How They're Going To Pay For Health Care

More

For the first time, key senators (Sens. Max Baucus and Chuck Grassley) have laid out the range of possibilities for how to pay for health care reform--a big question for those trying to reform it. Reform will undoubtedly cost billions, even with savings added to the health care system. Baucus and Grassley put forth a slew of suggestions (including in-system savings), some of them being taxes on alcohol and sugar-sweetened beverages (soda, etc), taxes on hospitals that don't meet non-profit standards, modifying tax deductions for health care expenditures, and taxing some employer-provided health plans as income. Paying for reform is a difficult business, as evidenced by the committee's list, and some of the options sound better than others (especually after a presidential campaign during which Democrats hammered John McCain for suggesting a tax on health care). Soda tax, anyone?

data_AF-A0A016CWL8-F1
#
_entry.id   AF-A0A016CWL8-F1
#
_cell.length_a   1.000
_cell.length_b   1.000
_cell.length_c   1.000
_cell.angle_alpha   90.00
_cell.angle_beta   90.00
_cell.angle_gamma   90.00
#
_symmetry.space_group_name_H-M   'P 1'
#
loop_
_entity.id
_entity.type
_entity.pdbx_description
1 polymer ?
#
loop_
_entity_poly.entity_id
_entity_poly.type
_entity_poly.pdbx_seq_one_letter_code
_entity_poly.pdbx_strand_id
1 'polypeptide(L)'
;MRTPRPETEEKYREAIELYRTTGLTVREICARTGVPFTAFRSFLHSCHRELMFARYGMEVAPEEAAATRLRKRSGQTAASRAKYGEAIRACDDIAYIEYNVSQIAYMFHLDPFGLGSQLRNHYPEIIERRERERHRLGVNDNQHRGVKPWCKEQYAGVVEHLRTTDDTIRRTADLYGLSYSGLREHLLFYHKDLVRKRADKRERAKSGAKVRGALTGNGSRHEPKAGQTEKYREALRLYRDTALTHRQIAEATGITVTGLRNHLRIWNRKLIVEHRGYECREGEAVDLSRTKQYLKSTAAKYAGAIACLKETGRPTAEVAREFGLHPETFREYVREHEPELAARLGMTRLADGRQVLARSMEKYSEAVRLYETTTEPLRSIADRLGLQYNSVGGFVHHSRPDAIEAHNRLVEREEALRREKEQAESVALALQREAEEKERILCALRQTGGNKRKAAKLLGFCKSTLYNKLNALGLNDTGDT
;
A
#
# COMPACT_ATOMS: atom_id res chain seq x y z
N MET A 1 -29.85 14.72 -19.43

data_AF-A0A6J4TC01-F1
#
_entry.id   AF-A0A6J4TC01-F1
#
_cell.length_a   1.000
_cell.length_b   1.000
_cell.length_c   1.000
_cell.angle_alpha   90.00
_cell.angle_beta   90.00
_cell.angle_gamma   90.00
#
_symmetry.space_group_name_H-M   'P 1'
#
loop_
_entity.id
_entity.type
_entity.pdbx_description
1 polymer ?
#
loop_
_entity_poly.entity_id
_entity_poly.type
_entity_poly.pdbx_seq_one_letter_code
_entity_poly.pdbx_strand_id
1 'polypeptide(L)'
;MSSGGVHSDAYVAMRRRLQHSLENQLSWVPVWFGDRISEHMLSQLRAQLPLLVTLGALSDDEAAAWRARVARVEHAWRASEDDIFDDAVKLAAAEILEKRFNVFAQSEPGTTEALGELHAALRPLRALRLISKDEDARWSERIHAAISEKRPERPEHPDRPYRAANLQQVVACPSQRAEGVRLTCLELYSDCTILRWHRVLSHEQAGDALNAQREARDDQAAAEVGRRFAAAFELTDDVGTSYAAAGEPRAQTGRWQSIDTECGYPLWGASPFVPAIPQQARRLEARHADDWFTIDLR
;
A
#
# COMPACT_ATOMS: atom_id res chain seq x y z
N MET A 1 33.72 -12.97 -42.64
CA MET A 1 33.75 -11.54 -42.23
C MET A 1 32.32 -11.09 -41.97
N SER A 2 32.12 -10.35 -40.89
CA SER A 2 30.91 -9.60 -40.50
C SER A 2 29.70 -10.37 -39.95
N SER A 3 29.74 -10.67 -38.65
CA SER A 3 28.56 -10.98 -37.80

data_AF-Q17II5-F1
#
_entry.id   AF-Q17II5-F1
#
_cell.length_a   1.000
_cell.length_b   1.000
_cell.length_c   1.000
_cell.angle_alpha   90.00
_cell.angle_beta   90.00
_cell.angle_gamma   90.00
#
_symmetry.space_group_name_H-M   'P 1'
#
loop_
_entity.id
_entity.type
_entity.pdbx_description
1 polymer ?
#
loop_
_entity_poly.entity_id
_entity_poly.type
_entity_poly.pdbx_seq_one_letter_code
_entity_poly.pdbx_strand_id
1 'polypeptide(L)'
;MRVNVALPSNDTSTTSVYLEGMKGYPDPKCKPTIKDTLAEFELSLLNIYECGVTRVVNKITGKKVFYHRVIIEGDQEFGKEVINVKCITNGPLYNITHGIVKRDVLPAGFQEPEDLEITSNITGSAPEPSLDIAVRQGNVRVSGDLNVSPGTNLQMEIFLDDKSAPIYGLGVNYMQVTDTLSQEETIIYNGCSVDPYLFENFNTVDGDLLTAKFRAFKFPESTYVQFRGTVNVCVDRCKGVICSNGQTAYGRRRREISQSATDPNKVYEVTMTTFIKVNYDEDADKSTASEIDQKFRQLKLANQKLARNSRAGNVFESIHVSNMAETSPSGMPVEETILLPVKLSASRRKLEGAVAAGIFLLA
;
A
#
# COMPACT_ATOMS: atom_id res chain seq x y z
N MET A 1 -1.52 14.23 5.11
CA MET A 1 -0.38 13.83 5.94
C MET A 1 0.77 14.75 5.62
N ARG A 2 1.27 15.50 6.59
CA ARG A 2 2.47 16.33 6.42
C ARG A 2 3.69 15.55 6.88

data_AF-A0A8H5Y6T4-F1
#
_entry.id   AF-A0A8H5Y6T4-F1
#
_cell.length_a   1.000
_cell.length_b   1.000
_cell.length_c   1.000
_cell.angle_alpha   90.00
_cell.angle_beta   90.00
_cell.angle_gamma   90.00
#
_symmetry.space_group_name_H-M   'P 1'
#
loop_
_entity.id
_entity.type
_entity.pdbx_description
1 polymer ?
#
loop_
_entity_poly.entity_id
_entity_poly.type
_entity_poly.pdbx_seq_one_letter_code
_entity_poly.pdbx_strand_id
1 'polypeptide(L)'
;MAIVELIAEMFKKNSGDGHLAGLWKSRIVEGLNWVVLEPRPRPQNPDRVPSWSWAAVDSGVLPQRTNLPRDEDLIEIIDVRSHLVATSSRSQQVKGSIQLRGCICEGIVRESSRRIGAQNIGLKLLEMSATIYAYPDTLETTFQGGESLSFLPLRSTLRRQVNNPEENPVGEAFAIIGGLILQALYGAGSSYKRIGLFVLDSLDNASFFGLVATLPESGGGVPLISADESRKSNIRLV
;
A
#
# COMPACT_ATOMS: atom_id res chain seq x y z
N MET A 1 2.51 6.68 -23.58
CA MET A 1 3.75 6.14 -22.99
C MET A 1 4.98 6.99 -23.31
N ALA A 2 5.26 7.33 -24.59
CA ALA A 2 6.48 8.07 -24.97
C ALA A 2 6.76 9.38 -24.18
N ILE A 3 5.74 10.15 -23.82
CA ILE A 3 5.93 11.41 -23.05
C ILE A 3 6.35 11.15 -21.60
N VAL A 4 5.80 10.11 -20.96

Jump to comments
Presented by

Chris Good is a political reporter for ABC News. He was previously an associate editor at The Atlantic and a reporter for The Hill.

Get Today's Top Stories in Your Inbox (preview)

The Ghost Trains of America

Can a band of locomotive experts save vintage railcars from ruin?


Elsewhere on the web

Join the Discussion

After you comment, click Post. If you’re not already logged in you will be asked to log in or register. blog comments powered by Disqus

Video

Why Did I Study Physics?

Using hand-drawn cartoons to explain an academic passion

Video

What If Emoji Lived Among Us?

A whimsical ad imagines what life would be like if emoji were real.

Video

Living Alone on a Sailboat

"If you think I'm a dirtbag, then you don't understand the lifestyle."

Video

How Is Social Media Changing Journalism?

How new platforms are transforming radio, TV, print, and digital

Video

The Place Where Silent Movies Sing

How an antique, wind-powered pipe organ brings films to life

Feature

The Future of Iced Coffee

Are artisan businesses like Blue Bottle doomed to fail when they go mainstream?

Writers

Up
Down

More in Politics

Just In